Back to the Data

We must have some more data than we should have, and so the hunt was on to find this rogue data. To be able to separate out this data, we need to be able to identify the rogue samples from something in the ARINC 429 data format. Tests were carried out on the SSM bits, the SDI bits and the data labels, any one of which could signify a change in the data content.

The test of SDI bits showed that nearly all the samples had SDI=3 but some samples had SDI =0 (a few 1 and 2 values were also present). These ‘rogue’ words arise every 127th word, are not mentioned in the documentation for this data and have strange “data” values associated with them. As an observation, the pattern of 127th word is most peculiar. If a process outputs an extra word in each frame or subframe, you would see a period of 2n+1 such as 129 or 513. Equally, if the data arose from an asynchronous process the interval would occasionally vary, but all the data we tested had a fixed interval of 127 words.

Without any more clues, all we can do is throw them away. Here are the same two plots with the rogue data removed.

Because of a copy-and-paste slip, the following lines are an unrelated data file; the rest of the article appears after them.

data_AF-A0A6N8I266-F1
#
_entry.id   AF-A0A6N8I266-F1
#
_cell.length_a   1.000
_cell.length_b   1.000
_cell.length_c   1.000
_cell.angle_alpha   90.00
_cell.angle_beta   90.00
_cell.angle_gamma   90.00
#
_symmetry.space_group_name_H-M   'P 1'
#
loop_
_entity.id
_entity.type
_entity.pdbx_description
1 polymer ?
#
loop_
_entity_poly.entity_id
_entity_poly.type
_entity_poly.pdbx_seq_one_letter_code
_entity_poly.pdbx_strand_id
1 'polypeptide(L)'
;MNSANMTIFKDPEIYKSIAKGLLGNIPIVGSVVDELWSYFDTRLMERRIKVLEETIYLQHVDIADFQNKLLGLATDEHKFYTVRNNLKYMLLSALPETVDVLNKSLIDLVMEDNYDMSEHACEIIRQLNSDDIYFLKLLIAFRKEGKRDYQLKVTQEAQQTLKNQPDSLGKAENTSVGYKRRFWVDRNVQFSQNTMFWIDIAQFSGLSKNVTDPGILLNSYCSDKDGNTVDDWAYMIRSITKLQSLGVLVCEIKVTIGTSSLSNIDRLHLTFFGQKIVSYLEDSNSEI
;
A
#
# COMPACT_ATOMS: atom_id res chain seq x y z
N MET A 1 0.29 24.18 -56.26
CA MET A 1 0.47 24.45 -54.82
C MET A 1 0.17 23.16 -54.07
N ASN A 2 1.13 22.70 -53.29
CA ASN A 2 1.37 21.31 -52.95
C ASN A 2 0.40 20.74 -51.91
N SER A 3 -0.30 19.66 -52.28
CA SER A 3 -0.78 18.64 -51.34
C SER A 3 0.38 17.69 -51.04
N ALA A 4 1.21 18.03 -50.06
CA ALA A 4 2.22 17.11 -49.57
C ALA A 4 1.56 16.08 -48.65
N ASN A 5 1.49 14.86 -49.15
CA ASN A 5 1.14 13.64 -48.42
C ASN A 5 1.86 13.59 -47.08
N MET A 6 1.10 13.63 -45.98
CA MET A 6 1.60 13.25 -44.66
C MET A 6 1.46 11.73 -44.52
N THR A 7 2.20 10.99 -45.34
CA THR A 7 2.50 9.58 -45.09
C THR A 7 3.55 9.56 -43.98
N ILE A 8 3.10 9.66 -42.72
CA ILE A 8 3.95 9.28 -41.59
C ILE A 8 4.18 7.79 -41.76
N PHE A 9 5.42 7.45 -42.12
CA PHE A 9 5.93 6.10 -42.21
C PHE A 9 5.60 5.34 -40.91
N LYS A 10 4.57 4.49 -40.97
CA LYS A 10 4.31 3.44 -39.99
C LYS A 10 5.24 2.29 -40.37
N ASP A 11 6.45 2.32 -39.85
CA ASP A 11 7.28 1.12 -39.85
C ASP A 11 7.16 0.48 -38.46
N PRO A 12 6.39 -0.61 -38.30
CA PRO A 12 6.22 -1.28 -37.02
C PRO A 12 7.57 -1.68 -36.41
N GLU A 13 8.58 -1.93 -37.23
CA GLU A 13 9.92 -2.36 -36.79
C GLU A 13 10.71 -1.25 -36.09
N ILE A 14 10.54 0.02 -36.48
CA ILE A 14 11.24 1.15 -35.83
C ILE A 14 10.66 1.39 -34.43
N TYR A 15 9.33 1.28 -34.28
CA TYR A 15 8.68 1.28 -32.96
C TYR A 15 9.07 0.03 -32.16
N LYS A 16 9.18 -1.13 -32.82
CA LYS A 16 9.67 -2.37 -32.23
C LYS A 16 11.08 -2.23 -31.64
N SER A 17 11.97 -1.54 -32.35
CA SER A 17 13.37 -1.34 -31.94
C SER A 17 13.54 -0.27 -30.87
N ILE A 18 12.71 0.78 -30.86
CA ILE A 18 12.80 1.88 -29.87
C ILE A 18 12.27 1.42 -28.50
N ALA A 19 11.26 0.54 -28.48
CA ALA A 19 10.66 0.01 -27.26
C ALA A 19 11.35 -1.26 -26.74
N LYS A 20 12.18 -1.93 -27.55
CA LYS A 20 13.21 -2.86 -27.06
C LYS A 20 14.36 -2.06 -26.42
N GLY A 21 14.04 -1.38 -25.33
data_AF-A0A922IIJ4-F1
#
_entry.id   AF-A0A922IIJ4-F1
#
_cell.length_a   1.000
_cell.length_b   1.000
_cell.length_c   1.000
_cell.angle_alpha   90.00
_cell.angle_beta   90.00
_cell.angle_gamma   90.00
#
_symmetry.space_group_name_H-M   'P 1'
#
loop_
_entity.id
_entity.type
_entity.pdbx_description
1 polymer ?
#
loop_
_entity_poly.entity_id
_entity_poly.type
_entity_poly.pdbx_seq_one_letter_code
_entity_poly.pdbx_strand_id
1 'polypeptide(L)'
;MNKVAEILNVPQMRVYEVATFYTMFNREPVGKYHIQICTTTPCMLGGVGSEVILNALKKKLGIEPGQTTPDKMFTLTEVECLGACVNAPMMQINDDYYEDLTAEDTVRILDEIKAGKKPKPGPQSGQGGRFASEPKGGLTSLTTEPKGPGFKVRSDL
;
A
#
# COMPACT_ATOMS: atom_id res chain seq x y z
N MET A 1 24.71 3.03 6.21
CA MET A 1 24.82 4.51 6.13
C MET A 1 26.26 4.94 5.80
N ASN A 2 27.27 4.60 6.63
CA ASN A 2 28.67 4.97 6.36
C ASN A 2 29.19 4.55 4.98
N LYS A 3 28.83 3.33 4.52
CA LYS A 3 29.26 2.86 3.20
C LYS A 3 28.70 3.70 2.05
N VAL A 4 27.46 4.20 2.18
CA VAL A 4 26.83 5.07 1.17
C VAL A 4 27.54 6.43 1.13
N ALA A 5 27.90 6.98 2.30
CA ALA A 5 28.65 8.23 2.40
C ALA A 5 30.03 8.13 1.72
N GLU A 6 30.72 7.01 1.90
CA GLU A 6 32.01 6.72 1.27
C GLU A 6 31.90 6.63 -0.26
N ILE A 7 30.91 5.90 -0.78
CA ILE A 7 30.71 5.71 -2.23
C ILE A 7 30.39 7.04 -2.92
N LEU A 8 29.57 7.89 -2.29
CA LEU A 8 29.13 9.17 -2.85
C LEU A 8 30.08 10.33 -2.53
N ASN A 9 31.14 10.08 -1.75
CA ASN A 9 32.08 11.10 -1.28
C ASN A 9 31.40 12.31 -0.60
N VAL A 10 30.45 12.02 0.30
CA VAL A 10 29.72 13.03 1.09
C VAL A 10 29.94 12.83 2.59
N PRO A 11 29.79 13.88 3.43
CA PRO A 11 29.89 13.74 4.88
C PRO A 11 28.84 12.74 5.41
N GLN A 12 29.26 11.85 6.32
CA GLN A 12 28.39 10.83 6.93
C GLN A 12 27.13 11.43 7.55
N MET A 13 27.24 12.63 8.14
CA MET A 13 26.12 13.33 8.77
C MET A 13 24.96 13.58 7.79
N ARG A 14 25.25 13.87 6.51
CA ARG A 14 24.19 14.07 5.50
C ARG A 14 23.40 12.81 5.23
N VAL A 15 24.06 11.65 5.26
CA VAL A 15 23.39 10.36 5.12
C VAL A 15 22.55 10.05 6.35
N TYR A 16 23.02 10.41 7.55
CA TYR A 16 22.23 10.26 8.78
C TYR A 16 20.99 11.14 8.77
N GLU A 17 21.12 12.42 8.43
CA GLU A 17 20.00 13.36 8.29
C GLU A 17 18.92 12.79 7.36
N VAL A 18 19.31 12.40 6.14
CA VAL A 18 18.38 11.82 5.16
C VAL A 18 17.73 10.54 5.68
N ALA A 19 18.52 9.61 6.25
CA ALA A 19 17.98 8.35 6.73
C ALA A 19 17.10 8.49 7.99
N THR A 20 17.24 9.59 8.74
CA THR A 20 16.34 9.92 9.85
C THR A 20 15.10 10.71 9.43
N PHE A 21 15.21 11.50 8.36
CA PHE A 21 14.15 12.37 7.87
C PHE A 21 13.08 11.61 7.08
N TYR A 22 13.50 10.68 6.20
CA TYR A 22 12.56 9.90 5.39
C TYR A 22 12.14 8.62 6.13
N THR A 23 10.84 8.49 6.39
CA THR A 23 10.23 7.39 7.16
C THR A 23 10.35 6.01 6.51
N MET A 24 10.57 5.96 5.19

Image 13

The peak line is now at 512, exactly as we expected. Removing one sample every 127 lines has moved this peak four lines to the left.

Image 14

The autocorrelation is cleaner than before, with very clear lines at multiples of 64 lines. This comes about because this is the sample rate for normal acceleration at 8Hz (512/8=64).

Before and After

These steps have taken the data from a muddle at the end of the last blog, where the peaks could hardly be seen, to clearly identified spikes at the right intervals, ready for conversion to engineering units.

Image 15Image 16

I hope you see why combs are an essential tool in engineering, even for those of us with little hair!